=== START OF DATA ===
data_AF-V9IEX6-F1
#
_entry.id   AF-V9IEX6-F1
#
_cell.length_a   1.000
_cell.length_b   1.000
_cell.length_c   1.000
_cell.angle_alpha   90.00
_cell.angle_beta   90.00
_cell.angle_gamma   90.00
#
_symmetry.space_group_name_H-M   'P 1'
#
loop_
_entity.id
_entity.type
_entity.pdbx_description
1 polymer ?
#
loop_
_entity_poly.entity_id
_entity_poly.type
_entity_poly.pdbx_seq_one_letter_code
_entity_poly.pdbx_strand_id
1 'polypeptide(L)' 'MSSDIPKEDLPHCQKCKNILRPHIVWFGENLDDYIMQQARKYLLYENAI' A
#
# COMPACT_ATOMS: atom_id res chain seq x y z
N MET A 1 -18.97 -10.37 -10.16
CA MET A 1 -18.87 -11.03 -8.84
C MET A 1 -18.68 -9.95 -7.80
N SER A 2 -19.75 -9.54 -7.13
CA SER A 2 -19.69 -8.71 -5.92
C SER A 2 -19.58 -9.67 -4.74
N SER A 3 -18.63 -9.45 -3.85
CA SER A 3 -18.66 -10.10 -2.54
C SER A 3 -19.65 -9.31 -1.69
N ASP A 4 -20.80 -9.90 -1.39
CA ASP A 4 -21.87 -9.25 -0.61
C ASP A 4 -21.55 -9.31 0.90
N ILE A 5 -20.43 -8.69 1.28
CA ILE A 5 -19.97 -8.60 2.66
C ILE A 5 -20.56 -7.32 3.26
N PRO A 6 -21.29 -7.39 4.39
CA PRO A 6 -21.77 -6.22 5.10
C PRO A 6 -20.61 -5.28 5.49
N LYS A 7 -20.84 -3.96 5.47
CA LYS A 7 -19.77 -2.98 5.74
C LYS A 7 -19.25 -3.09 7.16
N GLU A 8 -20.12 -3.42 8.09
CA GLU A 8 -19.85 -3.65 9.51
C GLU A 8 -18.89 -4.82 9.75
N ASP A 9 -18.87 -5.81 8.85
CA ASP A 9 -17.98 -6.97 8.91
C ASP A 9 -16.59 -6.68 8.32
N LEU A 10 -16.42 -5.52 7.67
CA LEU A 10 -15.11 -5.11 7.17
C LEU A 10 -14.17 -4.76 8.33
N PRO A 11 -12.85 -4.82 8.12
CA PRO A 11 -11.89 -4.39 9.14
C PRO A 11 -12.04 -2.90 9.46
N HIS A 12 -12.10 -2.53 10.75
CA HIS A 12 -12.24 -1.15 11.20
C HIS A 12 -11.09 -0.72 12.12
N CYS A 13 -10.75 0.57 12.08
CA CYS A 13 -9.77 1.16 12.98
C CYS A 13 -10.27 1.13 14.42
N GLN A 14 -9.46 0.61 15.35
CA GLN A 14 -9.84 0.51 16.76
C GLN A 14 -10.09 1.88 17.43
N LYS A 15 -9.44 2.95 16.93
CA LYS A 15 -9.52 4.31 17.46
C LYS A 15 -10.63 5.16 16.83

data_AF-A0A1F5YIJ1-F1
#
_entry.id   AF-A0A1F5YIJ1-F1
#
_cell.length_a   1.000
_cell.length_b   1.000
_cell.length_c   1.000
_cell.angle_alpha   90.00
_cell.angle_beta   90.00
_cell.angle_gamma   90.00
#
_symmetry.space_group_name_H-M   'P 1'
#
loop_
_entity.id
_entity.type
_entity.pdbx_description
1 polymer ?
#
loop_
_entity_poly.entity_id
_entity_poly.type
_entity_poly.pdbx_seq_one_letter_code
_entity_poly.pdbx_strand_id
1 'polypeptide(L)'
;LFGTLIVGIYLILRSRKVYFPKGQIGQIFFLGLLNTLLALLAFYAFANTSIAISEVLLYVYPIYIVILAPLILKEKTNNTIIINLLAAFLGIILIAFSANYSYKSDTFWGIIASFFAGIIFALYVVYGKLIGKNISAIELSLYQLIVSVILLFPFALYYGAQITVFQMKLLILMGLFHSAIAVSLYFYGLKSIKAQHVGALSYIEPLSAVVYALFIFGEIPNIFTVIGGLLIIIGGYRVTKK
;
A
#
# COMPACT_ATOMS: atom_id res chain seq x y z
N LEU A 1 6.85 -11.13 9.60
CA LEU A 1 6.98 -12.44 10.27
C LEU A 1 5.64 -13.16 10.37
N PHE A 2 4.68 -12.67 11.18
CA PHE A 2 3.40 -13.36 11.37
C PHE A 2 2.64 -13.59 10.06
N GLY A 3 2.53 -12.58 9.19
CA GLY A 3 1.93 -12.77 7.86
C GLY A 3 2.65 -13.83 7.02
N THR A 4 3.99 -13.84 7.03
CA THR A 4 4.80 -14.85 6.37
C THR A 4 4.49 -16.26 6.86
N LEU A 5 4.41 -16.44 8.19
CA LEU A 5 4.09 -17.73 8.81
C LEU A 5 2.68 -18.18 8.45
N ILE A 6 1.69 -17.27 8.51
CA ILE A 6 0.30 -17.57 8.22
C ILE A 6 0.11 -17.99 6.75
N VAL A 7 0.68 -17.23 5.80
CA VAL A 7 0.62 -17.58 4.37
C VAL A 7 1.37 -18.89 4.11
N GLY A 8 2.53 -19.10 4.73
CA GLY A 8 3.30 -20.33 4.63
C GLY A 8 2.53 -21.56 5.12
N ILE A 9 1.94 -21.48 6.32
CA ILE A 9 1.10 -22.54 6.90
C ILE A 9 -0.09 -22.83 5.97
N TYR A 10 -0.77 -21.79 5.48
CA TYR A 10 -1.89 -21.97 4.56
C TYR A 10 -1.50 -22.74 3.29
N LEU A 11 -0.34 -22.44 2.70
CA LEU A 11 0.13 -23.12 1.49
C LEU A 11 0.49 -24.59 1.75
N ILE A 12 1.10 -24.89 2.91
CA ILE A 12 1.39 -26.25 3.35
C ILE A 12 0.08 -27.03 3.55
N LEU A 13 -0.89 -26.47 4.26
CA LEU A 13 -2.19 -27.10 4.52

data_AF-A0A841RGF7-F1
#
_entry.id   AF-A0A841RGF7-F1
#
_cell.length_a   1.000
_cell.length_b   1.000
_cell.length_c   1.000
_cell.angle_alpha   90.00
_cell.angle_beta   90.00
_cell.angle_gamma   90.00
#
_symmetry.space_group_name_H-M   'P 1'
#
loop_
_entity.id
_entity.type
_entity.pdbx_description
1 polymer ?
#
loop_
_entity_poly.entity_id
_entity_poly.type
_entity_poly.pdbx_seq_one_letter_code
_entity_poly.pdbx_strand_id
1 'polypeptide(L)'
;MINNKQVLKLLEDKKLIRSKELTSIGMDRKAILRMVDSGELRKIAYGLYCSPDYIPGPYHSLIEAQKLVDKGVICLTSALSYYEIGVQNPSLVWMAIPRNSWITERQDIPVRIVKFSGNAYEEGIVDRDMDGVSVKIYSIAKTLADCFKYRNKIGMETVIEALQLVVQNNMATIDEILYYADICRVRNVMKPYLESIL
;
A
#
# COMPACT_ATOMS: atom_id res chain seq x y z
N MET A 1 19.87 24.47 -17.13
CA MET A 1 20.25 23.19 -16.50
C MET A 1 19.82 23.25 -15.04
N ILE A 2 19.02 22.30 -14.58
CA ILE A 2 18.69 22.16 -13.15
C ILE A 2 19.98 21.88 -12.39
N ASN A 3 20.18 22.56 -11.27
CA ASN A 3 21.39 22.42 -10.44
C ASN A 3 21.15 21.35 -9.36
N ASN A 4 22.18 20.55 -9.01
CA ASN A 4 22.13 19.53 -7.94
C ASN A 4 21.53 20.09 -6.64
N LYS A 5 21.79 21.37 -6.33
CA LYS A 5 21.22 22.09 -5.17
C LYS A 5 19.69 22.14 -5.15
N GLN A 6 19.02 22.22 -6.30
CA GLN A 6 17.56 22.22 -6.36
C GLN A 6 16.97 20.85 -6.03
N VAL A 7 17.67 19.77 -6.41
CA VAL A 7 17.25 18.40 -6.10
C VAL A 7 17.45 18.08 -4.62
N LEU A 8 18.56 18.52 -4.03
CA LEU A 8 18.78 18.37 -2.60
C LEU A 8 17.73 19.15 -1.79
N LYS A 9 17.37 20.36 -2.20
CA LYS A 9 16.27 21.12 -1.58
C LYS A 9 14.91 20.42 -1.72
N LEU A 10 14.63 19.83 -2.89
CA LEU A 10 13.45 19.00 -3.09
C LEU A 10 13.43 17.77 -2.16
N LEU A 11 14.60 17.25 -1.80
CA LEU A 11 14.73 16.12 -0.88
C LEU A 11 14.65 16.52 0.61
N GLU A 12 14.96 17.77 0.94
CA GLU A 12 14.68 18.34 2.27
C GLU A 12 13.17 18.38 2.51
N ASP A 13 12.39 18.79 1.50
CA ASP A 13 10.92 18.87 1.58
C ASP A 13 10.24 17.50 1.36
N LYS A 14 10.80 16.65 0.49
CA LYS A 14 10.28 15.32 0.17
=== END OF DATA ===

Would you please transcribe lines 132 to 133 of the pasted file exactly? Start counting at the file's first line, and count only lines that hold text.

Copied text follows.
C TYR A 10 -1.50 -22.74 3.29
N LEU A 11 -0.34 -22.44 2.70